I am going to become a 10 Cent Challenge subscriber before the end of the month because the information provided in SurvivalBlog is invaluable and has forever changed my way of thinking!
I have been a reader for about a half year and have seen the topic of gold come up several times. Gold is apparently at a 28 year high and the desire to get invested from my personal standpoint is high but my question is do you see gold leveling out or continuing its upward trend? The other part of the equation is I am young father of four young children so my assets are extremely limited at this point in my life. That being said, I would ultimately like to “physically” acquire both gold and silver that I can keep on hand since I fear not being able to access it in a sudden SHTF scenario like a terrorist, NBC, etc. At the same time I need to balance this with buying other preparedness items that I have a long list of.
I already have a decent inventory of weapons but need more ammo than what I have on hand. I have about 1,500 pounds of various wheat, soy, rice, corn, and barley but most of that was nitrogen packed in 1999 putting me in position to need to rotate those supplies with a newer inventory. In addition, I have started a fairly detailed list of supplies that range from communications to medical.
All that being said, I kind of feel like I am about to sit down and eat an elephant and I really don’t know the best place to start. Thank you, – Dave in Florida
JWR Replies: First, let me state forthrightly that physical preparedness for your family should be paramount. Only after you have your beans, bullets, and Band-Aids squared away should you consider buying any precious metals. In my opinion, the precious metals are still in the intermediate phase of a bull market that will likely propel gold past $1,500 per ounce, and silver past $75 per ounce. Although you will not benefit to the same extent as someone that bought silver when it was between $4.13 and $5 and ounce, you have not “missed the boat”!
I’m often asked whether I prefer silver or gold for investing and barter purposes. I strongly prefer silver, for several reasons:
1.) Silver coins are ideal for barter. Gold is essentially too compact a form of wealth for practical barter. If you need to buy a few loaves of bread, silver dimes make a lot more sense than even the smallest denomination gold coin. Sure, you could divide a gold coin with cold chisel, but that would reduce its recognizability. I still recommend buying pre-1965 US circulated 90% silver dimes and quarters, with no numismatic value. (What the rare coin dealers derisively call “junk” silver.) These coins trade solely on their silver bullion value.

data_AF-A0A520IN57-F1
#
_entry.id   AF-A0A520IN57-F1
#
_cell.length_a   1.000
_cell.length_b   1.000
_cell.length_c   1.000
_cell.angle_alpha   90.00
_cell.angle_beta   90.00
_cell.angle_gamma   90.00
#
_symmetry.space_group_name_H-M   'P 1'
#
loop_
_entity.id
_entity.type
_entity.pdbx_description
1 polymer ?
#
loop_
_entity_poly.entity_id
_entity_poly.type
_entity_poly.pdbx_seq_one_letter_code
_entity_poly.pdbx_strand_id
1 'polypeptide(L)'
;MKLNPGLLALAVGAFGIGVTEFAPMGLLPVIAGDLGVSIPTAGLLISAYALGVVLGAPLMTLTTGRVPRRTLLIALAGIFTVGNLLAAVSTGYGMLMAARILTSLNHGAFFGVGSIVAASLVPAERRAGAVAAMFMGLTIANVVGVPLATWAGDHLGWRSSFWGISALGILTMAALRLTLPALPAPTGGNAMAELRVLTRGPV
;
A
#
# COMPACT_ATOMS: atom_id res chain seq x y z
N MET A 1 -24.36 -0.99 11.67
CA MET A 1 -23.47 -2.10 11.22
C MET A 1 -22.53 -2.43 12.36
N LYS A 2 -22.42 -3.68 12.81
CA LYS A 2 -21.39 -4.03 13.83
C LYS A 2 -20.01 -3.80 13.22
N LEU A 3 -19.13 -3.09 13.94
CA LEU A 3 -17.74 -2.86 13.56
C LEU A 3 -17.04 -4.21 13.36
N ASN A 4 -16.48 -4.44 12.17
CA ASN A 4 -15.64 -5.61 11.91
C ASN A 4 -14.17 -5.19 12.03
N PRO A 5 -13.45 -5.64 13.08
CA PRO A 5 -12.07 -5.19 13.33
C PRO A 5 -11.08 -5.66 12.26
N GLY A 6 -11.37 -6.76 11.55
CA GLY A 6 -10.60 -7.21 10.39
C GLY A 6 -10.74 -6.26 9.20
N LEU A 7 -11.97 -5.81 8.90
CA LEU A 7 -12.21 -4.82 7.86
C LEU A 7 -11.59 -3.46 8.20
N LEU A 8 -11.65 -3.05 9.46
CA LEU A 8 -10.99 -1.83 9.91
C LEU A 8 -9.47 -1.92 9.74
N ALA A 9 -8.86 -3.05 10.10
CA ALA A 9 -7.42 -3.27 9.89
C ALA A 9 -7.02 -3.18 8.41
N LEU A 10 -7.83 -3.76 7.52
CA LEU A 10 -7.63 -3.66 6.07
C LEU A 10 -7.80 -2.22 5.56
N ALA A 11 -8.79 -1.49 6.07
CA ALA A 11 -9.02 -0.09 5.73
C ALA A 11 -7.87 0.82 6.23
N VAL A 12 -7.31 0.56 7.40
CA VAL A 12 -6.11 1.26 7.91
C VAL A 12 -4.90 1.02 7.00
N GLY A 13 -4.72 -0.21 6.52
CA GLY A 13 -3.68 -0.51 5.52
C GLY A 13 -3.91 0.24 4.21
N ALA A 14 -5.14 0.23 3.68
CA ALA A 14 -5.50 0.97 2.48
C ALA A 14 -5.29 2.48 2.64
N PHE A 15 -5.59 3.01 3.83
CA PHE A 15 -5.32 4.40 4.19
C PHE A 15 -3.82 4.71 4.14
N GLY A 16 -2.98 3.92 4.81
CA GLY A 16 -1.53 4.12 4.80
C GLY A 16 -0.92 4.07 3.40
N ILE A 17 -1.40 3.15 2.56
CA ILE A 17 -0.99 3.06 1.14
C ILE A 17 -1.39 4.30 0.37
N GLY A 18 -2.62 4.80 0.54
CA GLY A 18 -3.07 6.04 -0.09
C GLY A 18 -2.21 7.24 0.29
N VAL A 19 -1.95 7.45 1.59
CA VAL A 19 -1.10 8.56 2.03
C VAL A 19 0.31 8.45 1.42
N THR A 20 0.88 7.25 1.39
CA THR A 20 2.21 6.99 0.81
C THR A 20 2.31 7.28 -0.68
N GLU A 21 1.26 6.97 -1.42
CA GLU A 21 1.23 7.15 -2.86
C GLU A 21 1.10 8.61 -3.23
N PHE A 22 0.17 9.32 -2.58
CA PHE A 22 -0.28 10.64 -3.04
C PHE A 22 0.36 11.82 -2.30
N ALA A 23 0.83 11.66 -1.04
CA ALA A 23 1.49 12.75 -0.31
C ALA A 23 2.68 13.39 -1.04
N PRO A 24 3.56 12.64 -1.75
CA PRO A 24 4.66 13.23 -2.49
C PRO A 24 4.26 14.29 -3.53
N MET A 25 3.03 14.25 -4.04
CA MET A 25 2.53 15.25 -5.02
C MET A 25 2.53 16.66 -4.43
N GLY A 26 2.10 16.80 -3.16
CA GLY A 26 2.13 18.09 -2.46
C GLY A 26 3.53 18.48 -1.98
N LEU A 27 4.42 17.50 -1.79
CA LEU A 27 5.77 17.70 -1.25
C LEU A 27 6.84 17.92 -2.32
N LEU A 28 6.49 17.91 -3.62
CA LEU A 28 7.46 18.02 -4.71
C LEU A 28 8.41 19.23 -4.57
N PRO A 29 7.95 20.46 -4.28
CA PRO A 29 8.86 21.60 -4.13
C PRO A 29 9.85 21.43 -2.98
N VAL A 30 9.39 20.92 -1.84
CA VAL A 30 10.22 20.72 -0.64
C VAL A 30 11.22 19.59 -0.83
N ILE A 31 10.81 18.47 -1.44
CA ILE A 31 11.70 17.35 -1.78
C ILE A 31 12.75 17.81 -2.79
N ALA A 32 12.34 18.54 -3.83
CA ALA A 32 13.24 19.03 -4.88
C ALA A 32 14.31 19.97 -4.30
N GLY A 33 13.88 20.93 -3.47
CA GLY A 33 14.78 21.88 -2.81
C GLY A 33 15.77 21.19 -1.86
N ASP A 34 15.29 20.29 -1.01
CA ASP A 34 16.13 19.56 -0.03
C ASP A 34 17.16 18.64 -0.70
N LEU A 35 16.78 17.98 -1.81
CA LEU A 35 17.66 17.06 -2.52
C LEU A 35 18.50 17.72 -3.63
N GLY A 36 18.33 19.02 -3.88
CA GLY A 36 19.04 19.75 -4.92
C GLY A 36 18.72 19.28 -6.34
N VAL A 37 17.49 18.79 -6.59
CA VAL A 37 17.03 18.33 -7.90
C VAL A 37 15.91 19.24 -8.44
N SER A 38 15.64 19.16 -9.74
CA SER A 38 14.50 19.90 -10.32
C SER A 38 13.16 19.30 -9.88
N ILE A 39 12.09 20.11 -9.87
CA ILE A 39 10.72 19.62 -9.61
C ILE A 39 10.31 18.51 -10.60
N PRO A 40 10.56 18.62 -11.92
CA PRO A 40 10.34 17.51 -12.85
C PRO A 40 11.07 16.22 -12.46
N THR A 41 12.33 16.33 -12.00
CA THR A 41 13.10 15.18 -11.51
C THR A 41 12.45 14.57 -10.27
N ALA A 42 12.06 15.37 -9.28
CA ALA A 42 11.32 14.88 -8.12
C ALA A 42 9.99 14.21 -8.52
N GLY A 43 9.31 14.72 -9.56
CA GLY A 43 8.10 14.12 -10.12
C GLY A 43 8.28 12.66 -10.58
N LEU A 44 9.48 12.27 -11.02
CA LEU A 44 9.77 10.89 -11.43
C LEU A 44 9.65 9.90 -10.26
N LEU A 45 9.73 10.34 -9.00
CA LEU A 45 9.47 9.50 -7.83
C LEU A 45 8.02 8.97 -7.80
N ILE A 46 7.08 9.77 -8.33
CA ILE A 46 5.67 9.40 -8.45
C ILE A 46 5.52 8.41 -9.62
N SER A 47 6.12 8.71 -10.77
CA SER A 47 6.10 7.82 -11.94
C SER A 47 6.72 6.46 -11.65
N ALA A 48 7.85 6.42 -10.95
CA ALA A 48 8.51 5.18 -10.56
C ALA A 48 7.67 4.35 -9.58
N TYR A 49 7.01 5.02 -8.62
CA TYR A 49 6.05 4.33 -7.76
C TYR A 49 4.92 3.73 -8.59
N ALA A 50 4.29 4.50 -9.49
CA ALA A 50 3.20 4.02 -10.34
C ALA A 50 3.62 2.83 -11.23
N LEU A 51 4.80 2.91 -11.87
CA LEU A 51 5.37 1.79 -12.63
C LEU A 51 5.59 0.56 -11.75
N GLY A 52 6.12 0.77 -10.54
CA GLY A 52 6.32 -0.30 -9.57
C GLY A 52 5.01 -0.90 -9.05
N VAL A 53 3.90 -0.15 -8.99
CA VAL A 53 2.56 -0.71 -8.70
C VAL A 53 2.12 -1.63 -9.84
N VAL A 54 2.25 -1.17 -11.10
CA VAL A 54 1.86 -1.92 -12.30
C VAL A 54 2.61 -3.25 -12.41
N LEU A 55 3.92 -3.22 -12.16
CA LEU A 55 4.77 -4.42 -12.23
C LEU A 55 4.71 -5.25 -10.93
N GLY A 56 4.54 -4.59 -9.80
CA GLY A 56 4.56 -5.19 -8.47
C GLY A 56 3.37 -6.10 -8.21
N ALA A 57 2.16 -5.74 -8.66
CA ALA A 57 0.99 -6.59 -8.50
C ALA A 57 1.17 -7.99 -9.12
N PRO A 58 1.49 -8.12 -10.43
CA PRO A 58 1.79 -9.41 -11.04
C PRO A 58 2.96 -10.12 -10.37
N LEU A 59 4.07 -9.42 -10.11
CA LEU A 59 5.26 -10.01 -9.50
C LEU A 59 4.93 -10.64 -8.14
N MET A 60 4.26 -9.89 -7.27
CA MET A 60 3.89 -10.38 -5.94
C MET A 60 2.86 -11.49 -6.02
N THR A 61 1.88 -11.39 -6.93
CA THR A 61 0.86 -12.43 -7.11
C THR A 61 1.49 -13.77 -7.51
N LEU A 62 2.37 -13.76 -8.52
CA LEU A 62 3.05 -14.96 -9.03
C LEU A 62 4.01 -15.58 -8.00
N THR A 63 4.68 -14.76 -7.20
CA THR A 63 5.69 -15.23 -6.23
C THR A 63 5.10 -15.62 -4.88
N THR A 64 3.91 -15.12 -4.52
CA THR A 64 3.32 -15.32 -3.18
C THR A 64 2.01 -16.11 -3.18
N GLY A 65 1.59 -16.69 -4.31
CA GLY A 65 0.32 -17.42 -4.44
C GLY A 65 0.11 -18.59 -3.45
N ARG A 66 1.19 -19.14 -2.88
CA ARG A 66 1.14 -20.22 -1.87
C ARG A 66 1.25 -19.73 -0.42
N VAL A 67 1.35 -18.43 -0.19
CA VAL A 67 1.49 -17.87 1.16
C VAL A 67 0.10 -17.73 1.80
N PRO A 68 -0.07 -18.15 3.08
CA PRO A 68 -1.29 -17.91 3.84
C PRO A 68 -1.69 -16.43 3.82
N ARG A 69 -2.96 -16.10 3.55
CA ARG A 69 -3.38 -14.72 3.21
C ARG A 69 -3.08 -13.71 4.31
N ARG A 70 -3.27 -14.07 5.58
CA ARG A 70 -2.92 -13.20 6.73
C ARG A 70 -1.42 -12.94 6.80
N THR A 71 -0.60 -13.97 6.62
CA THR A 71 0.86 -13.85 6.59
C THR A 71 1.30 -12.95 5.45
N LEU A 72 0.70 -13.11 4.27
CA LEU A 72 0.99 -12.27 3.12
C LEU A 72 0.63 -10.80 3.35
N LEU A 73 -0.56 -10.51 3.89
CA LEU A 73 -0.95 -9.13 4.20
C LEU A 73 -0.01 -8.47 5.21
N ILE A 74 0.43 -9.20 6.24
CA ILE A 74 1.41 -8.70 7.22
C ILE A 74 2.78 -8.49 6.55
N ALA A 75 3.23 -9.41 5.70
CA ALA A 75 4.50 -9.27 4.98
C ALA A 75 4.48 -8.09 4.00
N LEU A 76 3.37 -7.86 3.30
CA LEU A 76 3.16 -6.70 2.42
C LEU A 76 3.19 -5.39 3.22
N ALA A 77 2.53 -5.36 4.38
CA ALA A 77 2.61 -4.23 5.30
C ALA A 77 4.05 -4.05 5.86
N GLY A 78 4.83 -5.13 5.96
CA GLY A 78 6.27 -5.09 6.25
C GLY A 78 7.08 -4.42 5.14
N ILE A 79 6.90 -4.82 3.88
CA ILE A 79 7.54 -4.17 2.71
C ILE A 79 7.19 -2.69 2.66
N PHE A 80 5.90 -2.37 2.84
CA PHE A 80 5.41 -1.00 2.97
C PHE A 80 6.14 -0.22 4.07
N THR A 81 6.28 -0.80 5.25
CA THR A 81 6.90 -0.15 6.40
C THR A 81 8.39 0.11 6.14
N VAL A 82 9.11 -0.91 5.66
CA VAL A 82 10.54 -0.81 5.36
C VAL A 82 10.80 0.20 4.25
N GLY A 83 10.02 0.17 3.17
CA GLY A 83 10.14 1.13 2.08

2.) Silver is far more likely to double in value than gold. Not only is silver in greater relative scarcity, at present (after decades of mine production deficits for that required for industrial use), but it also will benefit from what I call the “penny stock effect.” This is a purely psychological phenomenon, since silver still seems affordable, whereas gold is already out for reach for many investors. Psychologically it is “a long way” from $700 to $1,400 in order for gold to double, but it is conceivable that silver could double from $13 to $26 in just a few days. It is much like buying a “penny stock” (under $1 per share.) It doesn’t take major moves in a market to make penny stock double in value.
3,) Silver is less likely than gold to be confiscated by government decree, in the event of a monetary crisis. The logistics of accomplishing a gold confiscation (like the one that occurred in the US in 1933) would be complex. But since silver is roughly 55 times more bulky and weighty than gold, the sheer volume of silver in circulation would make a silver confiscation very difficult to accomplish
Regarding your bulk storage foods purchased in 1999: Some of them–most notably the wheat–are worth keeping. If you bought white rice, it is still most likely edible, although its nutritive value would be marginal. But the wheat should be just fine. It has a 30+ year storage life, even without nitrogen canning, which should extend its useful life even more.